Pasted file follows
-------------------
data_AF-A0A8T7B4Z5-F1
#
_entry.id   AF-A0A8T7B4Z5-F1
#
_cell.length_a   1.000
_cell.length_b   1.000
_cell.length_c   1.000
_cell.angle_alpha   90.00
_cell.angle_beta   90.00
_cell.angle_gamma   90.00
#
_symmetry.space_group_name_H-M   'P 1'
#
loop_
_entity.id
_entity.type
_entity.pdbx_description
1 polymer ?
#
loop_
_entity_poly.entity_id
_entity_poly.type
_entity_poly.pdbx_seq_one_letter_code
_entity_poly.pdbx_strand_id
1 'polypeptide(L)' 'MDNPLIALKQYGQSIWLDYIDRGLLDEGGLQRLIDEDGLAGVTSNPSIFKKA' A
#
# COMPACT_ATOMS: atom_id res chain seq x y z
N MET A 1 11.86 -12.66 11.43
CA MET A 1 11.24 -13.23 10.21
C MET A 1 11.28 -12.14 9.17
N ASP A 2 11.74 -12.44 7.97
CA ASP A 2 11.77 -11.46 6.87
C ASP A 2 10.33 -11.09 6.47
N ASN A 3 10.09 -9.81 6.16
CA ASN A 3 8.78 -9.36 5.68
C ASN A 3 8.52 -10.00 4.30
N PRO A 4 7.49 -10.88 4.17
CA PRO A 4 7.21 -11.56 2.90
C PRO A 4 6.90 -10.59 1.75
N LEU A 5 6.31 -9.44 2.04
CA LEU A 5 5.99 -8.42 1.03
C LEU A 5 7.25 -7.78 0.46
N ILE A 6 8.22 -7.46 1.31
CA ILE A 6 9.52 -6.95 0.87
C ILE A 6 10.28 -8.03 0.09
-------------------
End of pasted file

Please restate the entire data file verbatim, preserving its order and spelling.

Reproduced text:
data_AF-A0A8T7B4Z5-F1
#
_entry.id   AF-A0A8T7B4Z5-F1
#
_cell.length_a   1.000
_cell.length_b   1.000
_cell.length_c   1.000
_cell.angle_alpha   90.00
_cell.angle_beta   90.00
_cell.angle_gamma   90.00
#
_symmetry.space_group_name_H-M   'P 1'
#
loop_
_entity.id
_entity.type
_entity.pdbx_description
1 polymer ?
#
loop_
_entity_poly.entity_id
_entity_poly.type
_entity_poly.pdbx_seq_one_letter_code
_entity_poly.pdbx_strand_id
1 'polypeptide(L)' 'MDNPLIALKQYGQSIWLDYIDRGLLDEGGLQRLIDEDGLAGVTSNPSIFKKA' A
#
# COMPACT_ATOMS: atom_id res chain seq x y z
N MET A 1 11.86 -12.66 11.43
CA MET A 1 11.24 -13.23 10.21
C MET A 1 11.28 -12.14 9.17
N ASP A 2 11.74 -12.44 7.97
CA ASP A 2 11.77 -11.46 6.87
C ASP A 2 10.33 -11.09 6.47
N ASN A 3 10.09 -9.81 6.16
CA ASN A 3 8.78 -9.36 5.68
C ASN A 3 8.52 -10.00 4.30
N PRO A 4 7.49 -10.88 4.17
CA PRO A 4 7.21 -11.56 2.90
C PRO A 4 6.90 -10.59 1.75
N LEU A 5 6.31 -9.44 2.04
CA LEU A 5 5.99 -8.42 1.03
C LEU A 5 7.25 -7.78 0.46
N ILE A 6 8.22 -7.46 1.31
CA ILE A 6 9.52 -6.95 0.87
C ILE A 6 10.28 -8.03 0.09